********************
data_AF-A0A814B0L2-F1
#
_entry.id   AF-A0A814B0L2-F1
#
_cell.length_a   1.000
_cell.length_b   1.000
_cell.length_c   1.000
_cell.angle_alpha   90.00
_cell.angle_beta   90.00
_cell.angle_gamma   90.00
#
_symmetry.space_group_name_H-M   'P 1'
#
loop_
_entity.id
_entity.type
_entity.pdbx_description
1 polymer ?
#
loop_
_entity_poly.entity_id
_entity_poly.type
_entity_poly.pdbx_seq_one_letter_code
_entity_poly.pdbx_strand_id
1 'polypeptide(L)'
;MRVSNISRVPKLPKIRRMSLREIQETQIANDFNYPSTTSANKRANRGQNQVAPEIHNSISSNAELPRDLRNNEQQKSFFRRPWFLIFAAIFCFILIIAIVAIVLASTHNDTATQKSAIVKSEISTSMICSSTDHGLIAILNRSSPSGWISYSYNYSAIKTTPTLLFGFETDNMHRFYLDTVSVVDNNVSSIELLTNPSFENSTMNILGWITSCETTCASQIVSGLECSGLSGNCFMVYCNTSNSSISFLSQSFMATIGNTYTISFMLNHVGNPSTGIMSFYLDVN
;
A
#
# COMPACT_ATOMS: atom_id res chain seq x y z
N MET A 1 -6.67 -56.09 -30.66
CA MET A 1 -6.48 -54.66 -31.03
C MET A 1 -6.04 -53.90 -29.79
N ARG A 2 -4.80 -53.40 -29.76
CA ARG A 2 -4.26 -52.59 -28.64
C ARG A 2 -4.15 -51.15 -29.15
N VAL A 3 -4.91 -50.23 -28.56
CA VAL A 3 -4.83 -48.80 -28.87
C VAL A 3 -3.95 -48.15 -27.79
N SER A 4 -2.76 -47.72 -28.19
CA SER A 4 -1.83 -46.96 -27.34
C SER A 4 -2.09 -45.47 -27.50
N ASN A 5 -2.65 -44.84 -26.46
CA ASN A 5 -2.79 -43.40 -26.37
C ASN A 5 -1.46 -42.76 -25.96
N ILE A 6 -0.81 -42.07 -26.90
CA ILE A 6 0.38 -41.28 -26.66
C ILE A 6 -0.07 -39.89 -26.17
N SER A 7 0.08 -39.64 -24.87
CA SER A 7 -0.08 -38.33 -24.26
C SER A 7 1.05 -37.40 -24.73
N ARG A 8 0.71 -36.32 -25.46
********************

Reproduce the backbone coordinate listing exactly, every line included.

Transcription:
data_AF-A0A814B0L2-F1
#
_entry.id   AF-A0A814B0L2-F1
#
_cell.length_a   1.000
_cell.length_b   1.000
_cell.length_c   1.000
_cell.angle_alpha   90.00
_cell.angle_beta   90.00
_cell.angle_gamma   90.00
#
_symmetry.space_group_name_H-M   'P 1'
#
loop_
_entity.id
_entity.type
_entity.pdbx_description
1 polymer ?
#
loop_
_entity_poly.entity_id
_entity_poly.type
_entity_poly.pdbx_seq_one_letter_code
_entity_poly.pdbx_strand_id
1 'polypeptide(L)'
;MRVSNISRVPKLPKIRRMSLREIQETQIANDFNYPSTTSANKRANRGQNQVAPEIHNSISSNAELPRDLRNNEQQKSFFRRPWFLIFAAIFCFILIIAIVAIVLASTHNDTATQKSAIVKSEISTSMICSSTDHGLIAILNRSSPSGWISYSYNYSAIKTTPTLLFGFETDNMHRFYLDTVSVVDNNVSSIELLTNPSFENSTMNILGWITSCETTCASQIVSGLECSGLSGNCFMVYCNTSNSSISFLSQSFMATIGNTYTISFMLNHVGNPSTGIMSFYLDVN
;
A
#
# COMPACT_ATOMS: atom_id res chain seq x y z
N MET A 1 -6.67 -56.09 -30.66
CA MET A 1 -6.48 -54.66 -31.03
C MET A 1 -6.04 -53.90 -29.79
N ARG A 2 -4.80 -53.40 -29.76
CA ARG A 2 -4.26 -52.59 -28.64
C ARG A 2 -4.15 -51.15 -29.15
N VAL A 3 -4.91 -50.23 -28.56
CA VAL A 3 -4.83 -48.80 -28.87
C VAL A 3 -3.95 -48.15 -27.79
N SER A 4 -2.76 -47.72 -28.19
CA SER A 4 -1.83 -46.96 -27.34
C SER A 4 -2.09 -45.47 -27.50
N ASN A 5 -2.65 -44.84 -26.46
CA ASN A 5 -2.79 -43.40 -26.37
C ASN A 5 -1.46 -42.76 -25.96
N ILE A 6 -0.81 -42.07 -26.90
CA ILE A 6 0.38 -41.28 -26.66
C ILE A 6 -0.07 -39.89 -26.17
N SER A 7 0.08 -39.64 -24.87
CA SER A 7 -0.08 -38.33 -24.26
C SER A 7 1.05 -37.40 -24.73
N ARG A 8 0.71 -36.32 -25.46